Track-oriented multi-hypotheses tracking assignment
returns a table of assignments,
unassignedcolumns] = assignTOMHT(
assignments, of detections to tracks
using a track-oriented multi-hypothesis algorithm (TOMHT).
The cost of each potential assignment is contained in the cost
costmatrix. Each matrix entry represents the cost of a possible
assignments. Matrix rows represent tracks and columns represent detections. All possible
assignments are represented in the cost matrix. The lower the cost, the more likely the
assignment is to be made. Each track can be assigned to at most one detection and each detection
can be assigned to at most one track. If the number of rows is greater than the number of
columns, some tracks are unassigned. If the number of columns is greater than the number of
rows, some detections are unassigned. You can set an entry of
Inf to prohibit an assignment.
costThreshold represents the set of three gates used for assigning
detections to tracks.
The function returns a list of unassigned tracks,
and a list of unassigned detections,
Find the assignments from a cost matrix using
assignTOMHT with a nonzero C1 gate and a nonzero C2 gate.
Create a cost matrix that assigns:
Track 1 to detection 1 within the C1 gate and detection 2 within the C2 gate.
Track 2 to detection 2 within the C2 gate and detection 3 within the C3 gate.
Track 3 is unassigned.
Detection 4 is unassigned.
costMatrix = [4 9 200 Inf; 300 12 28 Inf; 32 100 210 1000]; costThresh = [5 10 30];
Calculate the assignments.
[assignments, unassignedTracks, unassignedDets] = assignTOMHT(costMatrix,costThresh)
assignments = 4x2 uint32 matrix 1 1 1 2 2 2 2 3
unassignedTracks = 2x1 uint32 column vector 2 3
unassignedDets = 2x1 uint32 column vector 3 4
Tracks that are assigned detections within the C1 gate are not considered as unassigned. For example, track 1. Detections that are assigned to tracks within the C2 gate are not considered as unassigned. For example, detections 1 and 2.
costmatrix— Cost matrix
Cost matrix, specified as an M-by-N matrix.
M is the number of tracks to be assigned and N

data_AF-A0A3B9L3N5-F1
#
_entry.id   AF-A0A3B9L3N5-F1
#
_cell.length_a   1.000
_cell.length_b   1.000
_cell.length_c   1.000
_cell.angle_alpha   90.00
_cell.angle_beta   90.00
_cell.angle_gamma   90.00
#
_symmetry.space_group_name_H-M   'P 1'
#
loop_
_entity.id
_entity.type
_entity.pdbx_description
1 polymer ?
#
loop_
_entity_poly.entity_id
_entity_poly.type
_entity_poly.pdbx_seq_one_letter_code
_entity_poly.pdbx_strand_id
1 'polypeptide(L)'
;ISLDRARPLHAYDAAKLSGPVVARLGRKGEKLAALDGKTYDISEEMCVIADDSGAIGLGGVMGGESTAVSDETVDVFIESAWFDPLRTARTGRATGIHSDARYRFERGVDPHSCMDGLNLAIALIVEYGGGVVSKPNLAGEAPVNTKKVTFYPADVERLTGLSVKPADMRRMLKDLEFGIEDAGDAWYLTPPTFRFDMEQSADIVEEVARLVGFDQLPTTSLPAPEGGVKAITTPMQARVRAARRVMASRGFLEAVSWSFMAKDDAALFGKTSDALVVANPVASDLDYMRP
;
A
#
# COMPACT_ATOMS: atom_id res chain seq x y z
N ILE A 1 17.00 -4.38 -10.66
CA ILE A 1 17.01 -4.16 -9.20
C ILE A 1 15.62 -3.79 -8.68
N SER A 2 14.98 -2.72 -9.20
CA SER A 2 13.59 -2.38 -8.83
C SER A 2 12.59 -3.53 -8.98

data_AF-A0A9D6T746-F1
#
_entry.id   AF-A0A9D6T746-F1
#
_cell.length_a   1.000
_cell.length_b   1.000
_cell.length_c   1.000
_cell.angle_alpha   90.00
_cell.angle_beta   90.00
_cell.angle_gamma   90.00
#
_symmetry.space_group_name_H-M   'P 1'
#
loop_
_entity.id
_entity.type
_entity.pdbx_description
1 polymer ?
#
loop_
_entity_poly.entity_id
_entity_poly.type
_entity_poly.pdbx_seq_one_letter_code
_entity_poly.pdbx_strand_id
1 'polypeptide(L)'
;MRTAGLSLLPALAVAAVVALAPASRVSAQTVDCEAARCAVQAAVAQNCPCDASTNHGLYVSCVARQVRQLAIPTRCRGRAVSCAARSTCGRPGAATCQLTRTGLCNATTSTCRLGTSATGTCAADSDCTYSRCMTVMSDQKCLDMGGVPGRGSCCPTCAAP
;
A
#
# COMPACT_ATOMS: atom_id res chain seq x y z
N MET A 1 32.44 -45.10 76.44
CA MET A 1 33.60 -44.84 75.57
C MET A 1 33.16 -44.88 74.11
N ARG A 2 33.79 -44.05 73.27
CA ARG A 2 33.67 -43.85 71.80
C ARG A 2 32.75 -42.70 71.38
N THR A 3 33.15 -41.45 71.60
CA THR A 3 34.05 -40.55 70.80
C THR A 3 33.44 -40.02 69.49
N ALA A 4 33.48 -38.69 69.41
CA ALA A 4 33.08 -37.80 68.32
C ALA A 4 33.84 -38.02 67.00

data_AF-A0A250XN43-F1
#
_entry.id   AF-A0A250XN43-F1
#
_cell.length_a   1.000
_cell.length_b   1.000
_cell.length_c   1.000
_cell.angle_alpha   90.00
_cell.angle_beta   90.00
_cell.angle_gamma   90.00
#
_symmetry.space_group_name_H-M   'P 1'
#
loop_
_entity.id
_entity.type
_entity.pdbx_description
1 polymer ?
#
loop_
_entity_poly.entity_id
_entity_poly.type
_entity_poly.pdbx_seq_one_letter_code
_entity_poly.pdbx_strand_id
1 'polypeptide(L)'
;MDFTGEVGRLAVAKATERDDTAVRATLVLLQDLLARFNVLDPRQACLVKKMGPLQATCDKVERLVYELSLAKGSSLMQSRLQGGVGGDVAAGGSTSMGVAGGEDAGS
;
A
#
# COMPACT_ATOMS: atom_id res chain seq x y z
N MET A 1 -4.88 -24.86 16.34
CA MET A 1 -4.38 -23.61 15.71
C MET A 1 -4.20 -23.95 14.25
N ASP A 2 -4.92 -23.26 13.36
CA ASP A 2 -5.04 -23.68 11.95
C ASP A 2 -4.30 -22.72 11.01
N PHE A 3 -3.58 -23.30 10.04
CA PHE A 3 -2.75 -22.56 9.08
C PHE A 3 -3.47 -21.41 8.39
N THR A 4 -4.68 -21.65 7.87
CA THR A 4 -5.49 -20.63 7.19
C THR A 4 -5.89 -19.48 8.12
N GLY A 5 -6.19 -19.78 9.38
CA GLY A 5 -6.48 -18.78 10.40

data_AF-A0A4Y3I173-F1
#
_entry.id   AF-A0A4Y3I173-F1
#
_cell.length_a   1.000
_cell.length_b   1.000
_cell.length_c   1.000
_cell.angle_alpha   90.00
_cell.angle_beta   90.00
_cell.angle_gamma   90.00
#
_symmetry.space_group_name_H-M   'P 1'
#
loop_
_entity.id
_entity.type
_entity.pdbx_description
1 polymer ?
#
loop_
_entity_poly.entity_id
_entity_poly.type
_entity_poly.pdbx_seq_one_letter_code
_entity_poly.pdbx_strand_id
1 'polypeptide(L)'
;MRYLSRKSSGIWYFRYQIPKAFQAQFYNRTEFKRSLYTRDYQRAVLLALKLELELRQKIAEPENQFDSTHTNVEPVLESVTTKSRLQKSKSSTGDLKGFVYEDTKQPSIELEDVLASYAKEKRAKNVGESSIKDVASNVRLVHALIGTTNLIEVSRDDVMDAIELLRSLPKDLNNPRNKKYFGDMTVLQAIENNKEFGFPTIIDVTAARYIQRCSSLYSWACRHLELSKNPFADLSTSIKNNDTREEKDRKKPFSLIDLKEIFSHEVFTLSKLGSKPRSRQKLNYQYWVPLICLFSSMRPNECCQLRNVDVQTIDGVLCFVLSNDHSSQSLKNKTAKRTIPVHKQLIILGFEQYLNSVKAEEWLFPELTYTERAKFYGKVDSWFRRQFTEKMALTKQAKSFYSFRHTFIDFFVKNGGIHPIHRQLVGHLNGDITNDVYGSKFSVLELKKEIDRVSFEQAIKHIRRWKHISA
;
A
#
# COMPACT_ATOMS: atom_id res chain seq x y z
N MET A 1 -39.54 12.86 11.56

is the number of detections to be assigned. Each entry in the cost matrix contains the
cost of a track and detection assignment. The matrix may contain
entries to indicate that an assignment is prohibited. The cost matrix cannot be a sparse
costThreshold— Assignment gates
Assignment gates, specified as a positive, real-valued three-element vector
c1gate <= c2gate <=
assignments— Assignment of tracks to detections
Assignment of detections to track, returned as an integer-valued L-by-2 matrix where L is the number of assignments. The first column of the matrix contains the assigned track indices and the second column contains the assigned detection indices.
unassignedrows— Indices of unassigned tracks
Indices of unassigned tracks, returned as an integer-valued P-by-1 column vector.
unassignedcolumns— Indices of unassigned detections
Indices of unassigned detections, returned as an integer-valued Q-by-1 column vector.
Three assignment thresholds, C1 , C2, and C3, control (1) the assignment of a detection to a track, (2) the creation of a new branch from a detection, and (3) the creation of a new branch from an unassigned track. The threshold values must satisfy: C1 <= C2 <= C3.
If the cost of an assignment is
C = costmatrix(i,j), the following
hypotheses are created based on comparing the cost to the values of the assignment
thresholds. Below each comparison, there is a list of the possible hypotheses.
Increase the value of C3 if there are detections that should be assigned to tracks but are not. Decrease the value if there are detections that are assigned to tracks they should not be assigned to (too far away).
Increasing the values C1 and C2 helps control the number of track branches that are created. However, doing so reduces the number of branches (hypotheses) each track has.
To allow each track to be unassigned, set C1 = 0.
To allow each detection to be unassigned, set C2 = 0.
 Werthmann, John R. "Step-by-step description of a computationally efficient version of multiple hypothesis tracking." In Signal and Data Processing of Small Targets 1992, vol. 1698, pp. 288-300. International Society for Optics and Photonics, 1992.